Matching remains the most contentious and the most talked about issue in property insurance. Typically, home insurance features a provision that obligates the insurer to repair or replace a damaged property using “material of like kind and quality” or “similar material” when damage occurs. When an unexpected or sudden catastrophe or incident strikes, it may result in part or portion of your house being destroyed.
If you have an insurance cover on your property, you expect that the insurance company will swing into action and pay for the repair and replacement of damaged portions. But what happens if the materials used to repair the damaged parts don’t match the undamaged details of your property? Will the partial repair or replacement of the damaged part lead to a home losing its aesthetic appeal and value? This brings us to your issue!
Should the Insurance Pay for Repair of all the 4 Sides of the Siding or Just the Two Sides?
The question of whether the insurer is supposed to repair or replace the entire property’s siding or just the damaged part brings into play several insurance laws and state regulations. On one side, some individuals argue that the insurance policy’s terms require the insurer to replace or repair all the siding to bring the property to its original state. On the other hand, opponents (often insurance companies) argue that cover under the insurance policy should only cover the damaged parts.
Besides retaining the property’s original aesthetics, there are engineering requirements and state codes that require that any repairs or replacements on a structure should not lead to any mismatch. Property owners need to ensure that the materials used to repair a damaged part maintain uniformity throughout the building. Failure to adhere to the engineering and state codes may attract hefty fines. Additionally, matching issues arise if the materials used during the construction of the insured structure are no longer in the market.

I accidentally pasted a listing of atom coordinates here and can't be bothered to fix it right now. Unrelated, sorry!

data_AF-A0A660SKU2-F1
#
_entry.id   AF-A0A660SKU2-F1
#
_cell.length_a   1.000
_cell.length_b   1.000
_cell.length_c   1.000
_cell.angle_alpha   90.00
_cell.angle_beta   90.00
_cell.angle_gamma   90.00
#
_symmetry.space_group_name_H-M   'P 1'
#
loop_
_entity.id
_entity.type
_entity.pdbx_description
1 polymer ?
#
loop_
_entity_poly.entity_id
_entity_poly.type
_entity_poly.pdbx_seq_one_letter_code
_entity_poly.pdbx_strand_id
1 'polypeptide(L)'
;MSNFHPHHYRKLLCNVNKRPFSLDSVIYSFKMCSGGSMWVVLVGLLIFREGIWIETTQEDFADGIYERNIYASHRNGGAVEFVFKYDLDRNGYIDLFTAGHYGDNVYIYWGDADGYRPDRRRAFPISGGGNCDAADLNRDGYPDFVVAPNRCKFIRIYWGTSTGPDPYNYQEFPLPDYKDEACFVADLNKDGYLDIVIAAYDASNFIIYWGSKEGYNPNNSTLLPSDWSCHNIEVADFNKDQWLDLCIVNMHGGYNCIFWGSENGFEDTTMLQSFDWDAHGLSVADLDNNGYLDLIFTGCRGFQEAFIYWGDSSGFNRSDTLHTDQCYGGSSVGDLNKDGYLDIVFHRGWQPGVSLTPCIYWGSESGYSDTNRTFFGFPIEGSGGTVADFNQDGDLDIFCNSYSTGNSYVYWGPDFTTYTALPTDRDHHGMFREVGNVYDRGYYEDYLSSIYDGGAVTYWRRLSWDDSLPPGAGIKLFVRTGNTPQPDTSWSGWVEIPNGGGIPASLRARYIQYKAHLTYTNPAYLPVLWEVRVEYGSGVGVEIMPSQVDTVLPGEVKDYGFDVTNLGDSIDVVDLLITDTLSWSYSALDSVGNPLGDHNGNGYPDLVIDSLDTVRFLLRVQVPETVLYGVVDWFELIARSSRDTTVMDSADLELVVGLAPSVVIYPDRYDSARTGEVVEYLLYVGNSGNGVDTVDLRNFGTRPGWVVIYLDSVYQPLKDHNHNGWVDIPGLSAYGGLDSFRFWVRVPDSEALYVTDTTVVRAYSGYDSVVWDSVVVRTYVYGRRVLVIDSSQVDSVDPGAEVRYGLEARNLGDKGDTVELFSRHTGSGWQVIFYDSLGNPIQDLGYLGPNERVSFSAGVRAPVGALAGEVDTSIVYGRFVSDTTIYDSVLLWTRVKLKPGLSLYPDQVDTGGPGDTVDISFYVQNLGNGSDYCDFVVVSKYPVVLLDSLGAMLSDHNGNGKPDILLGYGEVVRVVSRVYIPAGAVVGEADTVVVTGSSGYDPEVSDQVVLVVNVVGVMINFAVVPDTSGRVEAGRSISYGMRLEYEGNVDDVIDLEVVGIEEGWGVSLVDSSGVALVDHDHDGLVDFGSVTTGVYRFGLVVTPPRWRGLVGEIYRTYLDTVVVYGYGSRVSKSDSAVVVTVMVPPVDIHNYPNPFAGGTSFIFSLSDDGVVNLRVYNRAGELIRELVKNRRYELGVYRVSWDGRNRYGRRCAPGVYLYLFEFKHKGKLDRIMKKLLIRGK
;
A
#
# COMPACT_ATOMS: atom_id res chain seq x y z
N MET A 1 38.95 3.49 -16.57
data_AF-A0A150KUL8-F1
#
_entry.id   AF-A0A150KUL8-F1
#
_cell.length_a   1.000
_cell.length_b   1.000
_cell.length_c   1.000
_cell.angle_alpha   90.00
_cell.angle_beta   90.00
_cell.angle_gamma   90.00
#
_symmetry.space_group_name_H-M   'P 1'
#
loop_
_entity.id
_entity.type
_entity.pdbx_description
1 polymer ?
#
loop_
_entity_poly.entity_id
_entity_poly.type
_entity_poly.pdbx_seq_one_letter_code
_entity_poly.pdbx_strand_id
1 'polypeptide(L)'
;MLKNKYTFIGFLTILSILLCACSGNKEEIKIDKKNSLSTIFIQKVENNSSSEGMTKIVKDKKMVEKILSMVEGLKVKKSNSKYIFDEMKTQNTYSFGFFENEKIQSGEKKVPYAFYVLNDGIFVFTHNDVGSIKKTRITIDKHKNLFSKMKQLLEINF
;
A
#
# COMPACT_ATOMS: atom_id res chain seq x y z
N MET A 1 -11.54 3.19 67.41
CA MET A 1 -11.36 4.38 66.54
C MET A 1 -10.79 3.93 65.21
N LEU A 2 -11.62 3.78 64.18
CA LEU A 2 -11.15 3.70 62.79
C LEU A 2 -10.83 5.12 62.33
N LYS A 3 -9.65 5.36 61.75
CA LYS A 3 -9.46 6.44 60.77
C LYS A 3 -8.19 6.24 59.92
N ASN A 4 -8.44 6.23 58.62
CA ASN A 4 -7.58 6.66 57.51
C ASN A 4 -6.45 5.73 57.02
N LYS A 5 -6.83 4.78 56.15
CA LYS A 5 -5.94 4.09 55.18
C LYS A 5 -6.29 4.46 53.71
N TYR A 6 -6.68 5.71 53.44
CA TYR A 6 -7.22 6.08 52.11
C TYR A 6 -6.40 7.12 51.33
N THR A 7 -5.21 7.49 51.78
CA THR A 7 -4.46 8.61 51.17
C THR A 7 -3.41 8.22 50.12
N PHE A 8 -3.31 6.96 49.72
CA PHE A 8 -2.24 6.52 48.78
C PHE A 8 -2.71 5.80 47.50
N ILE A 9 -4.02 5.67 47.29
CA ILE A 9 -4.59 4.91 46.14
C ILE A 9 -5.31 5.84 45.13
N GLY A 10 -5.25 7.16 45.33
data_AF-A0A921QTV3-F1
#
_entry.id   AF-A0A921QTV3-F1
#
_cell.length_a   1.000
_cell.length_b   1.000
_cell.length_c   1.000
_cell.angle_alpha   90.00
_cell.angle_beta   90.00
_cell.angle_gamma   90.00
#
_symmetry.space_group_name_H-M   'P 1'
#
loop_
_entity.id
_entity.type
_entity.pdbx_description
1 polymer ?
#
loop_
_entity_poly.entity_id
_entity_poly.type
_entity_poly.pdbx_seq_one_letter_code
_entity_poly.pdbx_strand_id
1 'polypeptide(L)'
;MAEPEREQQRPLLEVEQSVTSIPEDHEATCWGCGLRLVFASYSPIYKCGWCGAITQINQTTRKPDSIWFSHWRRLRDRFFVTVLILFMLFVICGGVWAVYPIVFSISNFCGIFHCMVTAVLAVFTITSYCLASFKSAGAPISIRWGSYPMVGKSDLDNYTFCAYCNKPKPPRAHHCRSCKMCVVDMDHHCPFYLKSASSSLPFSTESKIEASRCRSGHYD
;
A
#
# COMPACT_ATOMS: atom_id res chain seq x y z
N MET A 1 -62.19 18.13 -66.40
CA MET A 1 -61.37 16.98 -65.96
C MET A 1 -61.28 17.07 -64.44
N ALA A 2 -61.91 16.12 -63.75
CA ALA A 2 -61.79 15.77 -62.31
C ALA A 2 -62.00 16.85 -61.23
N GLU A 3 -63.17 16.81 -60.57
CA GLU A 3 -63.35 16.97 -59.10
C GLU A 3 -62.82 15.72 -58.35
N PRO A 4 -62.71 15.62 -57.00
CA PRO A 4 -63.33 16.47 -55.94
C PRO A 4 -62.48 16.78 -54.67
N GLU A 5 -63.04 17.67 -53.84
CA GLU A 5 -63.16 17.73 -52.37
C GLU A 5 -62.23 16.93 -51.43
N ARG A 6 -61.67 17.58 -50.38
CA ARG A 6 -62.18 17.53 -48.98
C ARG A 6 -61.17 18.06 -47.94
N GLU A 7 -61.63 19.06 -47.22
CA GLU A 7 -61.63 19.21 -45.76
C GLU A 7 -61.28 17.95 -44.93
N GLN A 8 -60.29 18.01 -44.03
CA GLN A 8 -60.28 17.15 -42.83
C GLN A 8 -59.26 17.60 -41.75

Considering all these factors, the truth on whether an insurance company should repair or replace all siding to achieve uniformity lies somewhere in between the clauses in your insurance policy and the state laws. So, whether the insurance should pay for the extra sidings or not will depend on the state you’re in and the terms of your insurance policies.
Examples of Matching Cases in Various Jurisdiction Across the US
The US Court of Appeals Ruling on the Matching Issue
After a United States District Court ruled on a motion to compel the carrier to appraise the policyholder on the Windridge of Naperville Condominium Ass’n v. Philadelphia Indem case, the insurance holder decided to take the matter to the court of appeal. The court of appeal ruling favored the property owners, asking the insurer to replace siding in all elevations.
Lower Court in Connecticut Ruling on the Matching Issue
In the matter of Kamansky v. Liberty Mut. Ins. Co., the insured property was rammed on its front by a car. The carrier agreed to repair the damaged siding and reiterated that they had found a material that would match the color of the entire structure. The policyholder wanted the insurer to replace the siding on all elevations siting a lack of uniformity due to fading. The court ruled that only the damaged sides and the adjacent mismatched siding were to be repaired and replaced and not on all elevations.
Lower Court in Massachusetts Ruling on the Matching Issue
in the Edelman v. Certain Underwriters at Lloyds, London, the insured property sustained that they would cover costs for replacing siding and shingles on the damaged slopes. However, the policyholder wanted the insurance company to be compelled to cover all slopes to achieve uniformity. On its part, the insurance company felt that its only obligation as per the policy standards was to replace the damaged shingles and siding on the damaged slope. In its ruling, the court found that policy afforded the property coverage to replace all the four elevations’ siding and shingles.
Despite the contention between insurers and the insured on the matching policy, only a handful of jurisdictions have come out to address the issues by enacting a regulation statute. Conversely, some insurance companies have also come out strongly to address the problem by ensuring that they have various standard terms in their policies. Therefore, the question of whether you can compel the insurance to cover the extra sides of siding will depend on your area of jurisdiction and the standard terms and conditions in your policy.